“O God, who deigned to choose blessed Pius to be Pontifex Maximus in order to smash the enemies of your Church to bits”

Today is the ninth day before Pentecost.  Hence, today is the Feast of the Ascension of the Lord.  Notice that today is THURSDAY.

However, in the traditional Roman calendar, used with the 1962 Missale Romanum, today is the feast of St. Pope Pius V (+1572).

I made a PODCAzT about him some years ago, and about his famous document Quo primum.

084 09-04-30 St. Pius V and Quo primum

A friend sent me a list of some of the accomplishments of St. Pius, who reigned for only a bit more than 6 years, but in tumultuous times.

1) began his pontificate by giving large alms to the poor (he did not just talked about them)
2) as Pope, continued the life of penance and virtue he had lived as a mendicant friar
3) made two meditations during the day ON BEENDED KNEES in the presence of the Bl. Sacrament
4) visited hospitals and sat by the bedside of the sick
5) washed the feet of the (non-Muslim) poor and embraced the lepers
6) always opposed Protestantism and the Turks (Islam)
7) excommunicated Elizabeth I (England)
8) instituted the Feast of the Holy Rosary
9) reformed the curia and the Church, leaving, after he died, “the memory of a rare virtue and an unfailing and inflexible integrity”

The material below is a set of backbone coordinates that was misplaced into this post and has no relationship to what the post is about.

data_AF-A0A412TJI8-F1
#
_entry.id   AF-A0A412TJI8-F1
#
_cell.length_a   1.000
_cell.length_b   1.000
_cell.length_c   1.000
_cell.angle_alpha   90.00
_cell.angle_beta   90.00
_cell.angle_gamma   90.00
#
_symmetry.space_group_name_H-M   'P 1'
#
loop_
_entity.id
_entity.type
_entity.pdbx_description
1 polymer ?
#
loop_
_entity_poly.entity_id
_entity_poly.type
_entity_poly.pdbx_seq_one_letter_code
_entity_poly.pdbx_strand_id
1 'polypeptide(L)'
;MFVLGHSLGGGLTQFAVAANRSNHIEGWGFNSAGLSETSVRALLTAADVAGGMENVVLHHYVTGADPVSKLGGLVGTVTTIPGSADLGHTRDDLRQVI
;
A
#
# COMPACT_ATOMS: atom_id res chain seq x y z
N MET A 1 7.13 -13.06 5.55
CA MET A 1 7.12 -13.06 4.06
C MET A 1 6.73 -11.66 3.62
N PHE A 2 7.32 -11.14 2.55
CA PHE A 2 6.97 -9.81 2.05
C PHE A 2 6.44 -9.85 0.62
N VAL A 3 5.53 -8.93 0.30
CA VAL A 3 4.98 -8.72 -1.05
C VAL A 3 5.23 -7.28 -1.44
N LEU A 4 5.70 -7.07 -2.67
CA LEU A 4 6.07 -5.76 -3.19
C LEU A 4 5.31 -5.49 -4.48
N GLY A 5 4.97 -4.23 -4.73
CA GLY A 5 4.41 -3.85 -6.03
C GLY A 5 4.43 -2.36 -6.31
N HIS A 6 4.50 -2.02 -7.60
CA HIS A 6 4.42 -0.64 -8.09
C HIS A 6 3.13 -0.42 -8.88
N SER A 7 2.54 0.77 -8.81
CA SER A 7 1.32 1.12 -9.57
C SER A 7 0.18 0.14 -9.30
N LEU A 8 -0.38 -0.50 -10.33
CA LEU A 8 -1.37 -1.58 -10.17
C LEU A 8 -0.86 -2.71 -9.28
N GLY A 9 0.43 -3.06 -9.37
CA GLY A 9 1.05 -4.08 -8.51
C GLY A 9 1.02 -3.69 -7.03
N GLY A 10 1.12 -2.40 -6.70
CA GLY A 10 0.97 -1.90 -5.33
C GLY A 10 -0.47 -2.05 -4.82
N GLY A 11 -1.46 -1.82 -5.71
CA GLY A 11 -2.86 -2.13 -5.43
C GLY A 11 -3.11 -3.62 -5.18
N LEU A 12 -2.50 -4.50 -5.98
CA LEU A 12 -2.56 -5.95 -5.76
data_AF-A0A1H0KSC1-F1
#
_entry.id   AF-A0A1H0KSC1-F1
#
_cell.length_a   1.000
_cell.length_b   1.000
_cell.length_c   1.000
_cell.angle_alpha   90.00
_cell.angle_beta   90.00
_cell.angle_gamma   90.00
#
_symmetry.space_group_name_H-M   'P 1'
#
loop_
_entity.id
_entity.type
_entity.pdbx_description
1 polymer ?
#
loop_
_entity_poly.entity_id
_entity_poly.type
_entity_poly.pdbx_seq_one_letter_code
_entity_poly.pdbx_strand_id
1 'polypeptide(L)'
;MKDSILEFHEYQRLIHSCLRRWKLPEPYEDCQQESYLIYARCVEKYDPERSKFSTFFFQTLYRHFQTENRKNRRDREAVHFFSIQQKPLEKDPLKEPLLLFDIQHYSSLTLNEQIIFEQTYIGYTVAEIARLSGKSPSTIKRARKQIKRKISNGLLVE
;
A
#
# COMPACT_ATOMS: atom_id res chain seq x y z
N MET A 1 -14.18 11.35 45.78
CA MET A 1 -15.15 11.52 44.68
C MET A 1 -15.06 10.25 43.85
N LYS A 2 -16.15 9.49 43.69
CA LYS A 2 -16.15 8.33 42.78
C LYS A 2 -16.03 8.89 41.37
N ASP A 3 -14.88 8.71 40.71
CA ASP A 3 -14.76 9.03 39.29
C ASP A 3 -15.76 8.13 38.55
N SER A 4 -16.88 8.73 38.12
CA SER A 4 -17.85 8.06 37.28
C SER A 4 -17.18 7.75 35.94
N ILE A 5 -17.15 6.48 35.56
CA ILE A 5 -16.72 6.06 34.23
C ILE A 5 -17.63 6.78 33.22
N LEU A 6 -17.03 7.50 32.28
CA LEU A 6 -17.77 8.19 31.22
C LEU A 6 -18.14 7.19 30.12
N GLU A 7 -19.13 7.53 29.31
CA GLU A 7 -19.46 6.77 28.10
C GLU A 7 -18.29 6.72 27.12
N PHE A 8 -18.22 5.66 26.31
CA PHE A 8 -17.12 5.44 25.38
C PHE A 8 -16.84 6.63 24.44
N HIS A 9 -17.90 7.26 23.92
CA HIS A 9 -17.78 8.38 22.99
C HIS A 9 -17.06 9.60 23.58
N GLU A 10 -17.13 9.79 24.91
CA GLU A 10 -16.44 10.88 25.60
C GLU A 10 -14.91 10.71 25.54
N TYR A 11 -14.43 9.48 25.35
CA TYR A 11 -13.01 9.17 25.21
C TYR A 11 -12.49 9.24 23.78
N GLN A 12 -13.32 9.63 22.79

Let’s pause for a moment to drill into the collect for this saint, who I am sure doesn’t mind at all being bumped off the day by Our Lord’s feast.

Deus, qui, ad conterendos Ecclesiae tuae hostes et ad divinum cultum reparandum, beatum Pium Pontificem maximum eligere dignatus es: fac nos ipsius defendi praesidiis et ita tuis inhaerere obsequiis; ut, omnium hostium superatis insidiis, perpetua pace laetemur.

Contero is, “to grind, bruise, pound, to crumble, separate into small pieces”.  That word alone is a hint that this is a great prayer.  Obsequium, in the plural here, is a little tricky to get into English just right.  First, it has to do with God: it’s with tuis.  It has to do with how God is indulgent, toward us.  I want to say “cleave to your indulgences”, but that sounds like the use of the indulgences the Church grants from the treasury of the merits of Christ and the saints.  So, we have to put it another way.

Slavishly Literal Attempt:

O God, who deigned to choose blessed Pius to be Pontifex Maximus in order to smash the enemies of your Church to bits and to renew the divine worship, cause us to be defended by his protections and to cleave with obedience to what you will in such way that, once the plots of all our enemies are overcome, we may rejoice in perpetual peace.

This is martial and bold.  This is exactly the attitude we need more of in the Church right now!

We are in a constant state of war with the world, flesh and the Devil.  And the Devil uses human agents (his catch-farts) in his deadly design.  The Church is best from within and from without, by enemies internal and external.

What do you think Pius would say today about the state of the Church?  The teachings of the Council his closed are nearly abandoned in some parts, our sacred worship is in shambles, there is heresy and indifference, the Church’s external enemies, such as Islam, are rising with little or no guidance or outcry.